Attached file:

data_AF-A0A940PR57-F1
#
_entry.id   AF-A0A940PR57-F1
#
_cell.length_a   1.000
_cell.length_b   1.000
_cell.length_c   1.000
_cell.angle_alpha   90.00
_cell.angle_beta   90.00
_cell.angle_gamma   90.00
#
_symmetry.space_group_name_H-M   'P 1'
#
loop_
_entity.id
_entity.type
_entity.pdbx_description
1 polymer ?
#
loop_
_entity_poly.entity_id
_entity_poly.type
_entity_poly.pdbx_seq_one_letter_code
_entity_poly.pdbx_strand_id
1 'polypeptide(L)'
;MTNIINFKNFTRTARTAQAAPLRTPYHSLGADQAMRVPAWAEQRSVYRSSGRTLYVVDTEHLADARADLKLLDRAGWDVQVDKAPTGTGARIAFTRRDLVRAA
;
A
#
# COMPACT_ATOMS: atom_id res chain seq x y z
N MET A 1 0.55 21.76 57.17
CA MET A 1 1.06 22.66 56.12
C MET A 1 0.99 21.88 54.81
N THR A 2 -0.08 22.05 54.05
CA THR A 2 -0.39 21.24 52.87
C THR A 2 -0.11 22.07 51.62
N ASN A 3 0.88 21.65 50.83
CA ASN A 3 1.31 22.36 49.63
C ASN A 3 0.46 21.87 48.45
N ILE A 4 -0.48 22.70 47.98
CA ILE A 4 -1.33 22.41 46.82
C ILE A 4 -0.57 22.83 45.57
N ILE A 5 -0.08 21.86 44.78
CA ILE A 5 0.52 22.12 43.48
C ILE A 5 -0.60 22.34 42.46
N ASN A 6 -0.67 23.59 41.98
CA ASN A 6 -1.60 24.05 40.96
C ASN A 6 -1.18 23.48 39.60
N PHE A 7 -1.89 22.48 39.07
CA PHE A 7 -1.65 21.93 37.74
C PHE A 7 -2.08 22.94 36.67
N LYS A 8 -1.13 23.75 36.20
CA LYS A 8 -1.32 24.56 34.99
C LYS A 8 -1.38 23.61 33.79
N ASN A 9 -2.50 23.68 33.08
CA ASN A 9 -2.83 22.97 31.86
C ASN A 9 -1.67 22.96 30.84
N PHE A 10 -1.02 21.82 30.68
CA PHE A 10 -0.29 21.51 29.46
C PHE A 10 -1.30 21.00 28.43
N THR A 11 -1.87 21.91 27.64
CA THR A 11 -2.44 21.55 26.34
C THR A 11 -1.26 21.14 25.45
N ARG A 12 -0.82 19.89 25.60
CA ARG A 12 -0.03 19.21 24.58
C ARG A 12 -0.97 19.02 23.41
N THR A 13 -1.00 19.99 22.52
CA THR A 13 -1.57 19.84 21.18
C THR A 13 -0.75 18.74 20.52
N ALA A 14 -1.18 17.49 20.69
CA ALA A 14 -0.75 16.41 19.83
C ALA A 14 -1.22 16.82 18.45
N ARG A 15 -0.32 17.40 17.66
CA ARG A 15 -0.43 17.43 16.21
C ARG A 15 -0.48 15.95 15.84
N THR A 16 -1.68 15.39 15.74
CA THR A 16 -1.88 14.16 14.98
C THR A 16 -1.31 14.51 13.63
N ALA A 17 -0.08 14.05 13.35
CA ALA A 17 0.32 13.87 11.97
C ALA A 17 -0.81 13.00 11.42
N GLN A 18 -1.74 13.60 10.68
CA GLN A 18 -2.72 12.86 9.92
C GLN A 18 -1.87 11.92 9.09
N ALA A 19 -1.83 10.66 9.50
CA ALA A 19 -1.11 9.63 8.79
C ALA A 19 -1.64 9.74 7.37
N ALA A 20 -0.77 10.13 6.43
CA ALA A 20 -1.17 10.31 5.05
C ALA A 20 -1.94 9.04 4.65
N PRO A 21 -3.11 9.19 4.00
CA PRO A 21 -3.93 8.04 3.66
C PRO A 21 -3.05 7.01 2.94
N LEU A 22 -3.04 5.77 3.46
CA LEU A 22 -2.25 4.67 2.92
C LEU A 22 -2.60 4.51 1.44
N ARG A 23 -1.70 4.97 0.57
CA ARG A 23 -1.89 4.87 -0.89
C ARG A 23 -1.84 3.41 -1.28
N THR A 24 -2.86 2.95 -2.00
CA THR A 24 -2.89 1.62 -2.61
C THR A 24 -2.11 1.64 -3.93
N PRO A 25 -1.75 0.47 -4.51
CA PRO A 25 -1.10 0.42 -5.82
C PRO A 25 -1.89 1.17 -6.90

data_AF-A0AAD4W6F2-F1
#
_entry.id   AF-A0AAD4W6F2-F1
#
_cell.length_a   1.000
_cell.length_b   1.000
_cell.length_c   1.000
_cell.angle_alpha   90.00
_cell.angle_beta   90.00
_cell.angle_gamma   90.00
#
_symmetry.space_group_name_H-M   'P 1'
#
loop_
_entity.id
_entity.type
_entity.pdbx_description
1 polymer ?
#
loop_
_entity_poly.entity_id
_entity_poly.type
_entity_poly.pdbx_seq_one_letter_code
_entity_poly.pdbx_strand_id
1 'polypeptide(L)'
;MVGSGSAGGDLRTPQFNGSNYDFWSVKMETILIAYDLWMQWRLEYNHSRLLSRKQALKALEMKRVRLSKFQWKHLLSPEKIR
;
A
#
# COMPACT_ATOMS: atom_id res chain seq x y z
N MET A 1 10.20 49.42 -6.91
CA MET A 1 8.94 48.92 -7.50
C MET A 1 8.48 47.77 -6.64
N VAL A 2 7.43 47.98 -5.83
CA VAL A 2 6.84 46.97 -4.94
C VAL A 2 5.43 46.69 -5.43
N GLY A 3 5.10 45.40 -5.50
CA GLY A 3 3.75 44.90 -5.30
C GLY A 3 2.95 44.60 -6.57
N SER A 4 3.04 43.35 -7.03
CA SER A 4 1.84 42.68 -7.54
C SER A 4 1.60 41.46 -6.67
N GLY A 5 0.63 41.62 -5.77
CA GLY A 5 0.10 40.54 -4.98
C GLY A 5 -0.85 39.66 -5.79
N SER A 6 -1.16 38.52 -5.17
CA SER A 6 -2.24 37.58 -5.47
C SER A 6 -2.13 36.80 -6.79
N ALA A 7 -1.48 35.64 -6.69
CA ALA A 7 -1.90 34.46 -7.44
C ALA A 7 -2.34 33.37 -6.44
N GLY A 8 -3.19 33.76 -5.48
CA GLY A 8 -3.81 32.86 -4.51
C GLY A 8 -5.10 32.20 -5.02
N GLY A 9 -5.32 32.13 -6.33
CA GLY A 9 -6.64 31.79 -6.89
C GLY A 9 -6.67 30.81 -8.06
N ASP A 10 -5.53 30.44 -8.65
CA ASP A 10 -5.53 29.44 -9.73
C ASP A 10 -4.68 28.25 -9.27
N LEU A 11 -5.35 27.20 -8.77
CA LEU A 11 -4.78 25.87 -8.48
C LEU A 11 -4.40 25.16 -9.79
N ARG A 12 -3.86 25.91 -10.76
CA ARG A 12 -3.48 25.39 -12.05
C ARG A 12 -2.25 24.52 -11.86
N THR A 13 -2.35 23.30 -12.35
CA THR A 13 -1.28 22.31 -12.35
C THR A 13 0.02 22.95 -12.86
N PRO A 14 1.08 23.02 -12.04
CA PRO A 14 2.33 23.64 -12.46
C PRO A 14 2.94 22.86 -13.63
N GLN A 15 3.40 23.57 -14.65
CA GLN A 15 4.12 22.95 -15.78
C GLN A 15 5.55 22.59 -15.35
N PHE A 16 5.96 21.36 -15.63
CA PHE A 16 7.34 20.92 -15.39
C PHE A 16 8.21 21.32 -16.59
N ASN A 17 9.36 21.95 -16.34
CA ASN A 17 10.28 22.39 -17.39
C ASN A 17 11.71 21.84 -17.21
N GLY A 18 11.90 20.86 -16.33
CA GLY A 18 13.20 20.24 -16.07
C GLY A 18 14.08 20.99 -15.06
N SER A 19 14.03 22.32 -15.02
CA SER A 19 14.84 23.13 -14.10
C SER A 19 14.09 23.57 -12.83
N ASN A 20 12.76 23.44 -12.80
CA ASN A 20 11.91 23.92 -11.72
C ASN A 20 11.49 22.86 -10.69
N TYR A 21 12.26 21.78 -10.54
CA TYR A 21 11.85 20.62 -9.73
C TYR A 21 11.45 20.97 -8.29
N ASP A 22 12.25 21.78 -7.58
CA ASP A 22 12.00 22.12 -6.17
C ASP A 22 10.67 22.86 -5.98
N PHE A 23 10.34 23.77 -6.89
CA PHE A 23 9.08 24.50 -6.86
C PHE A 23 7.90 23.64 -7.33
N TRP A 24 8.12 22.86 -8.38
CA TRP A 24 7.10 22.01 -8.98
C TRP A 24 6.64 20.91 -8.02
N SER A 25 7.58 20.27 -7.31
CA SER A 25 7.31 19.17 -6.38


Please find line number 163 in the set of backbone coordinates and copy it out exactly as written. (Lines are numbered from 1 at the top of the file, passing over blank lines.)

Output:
N ASP A 10 -5.53 30.44 -8.65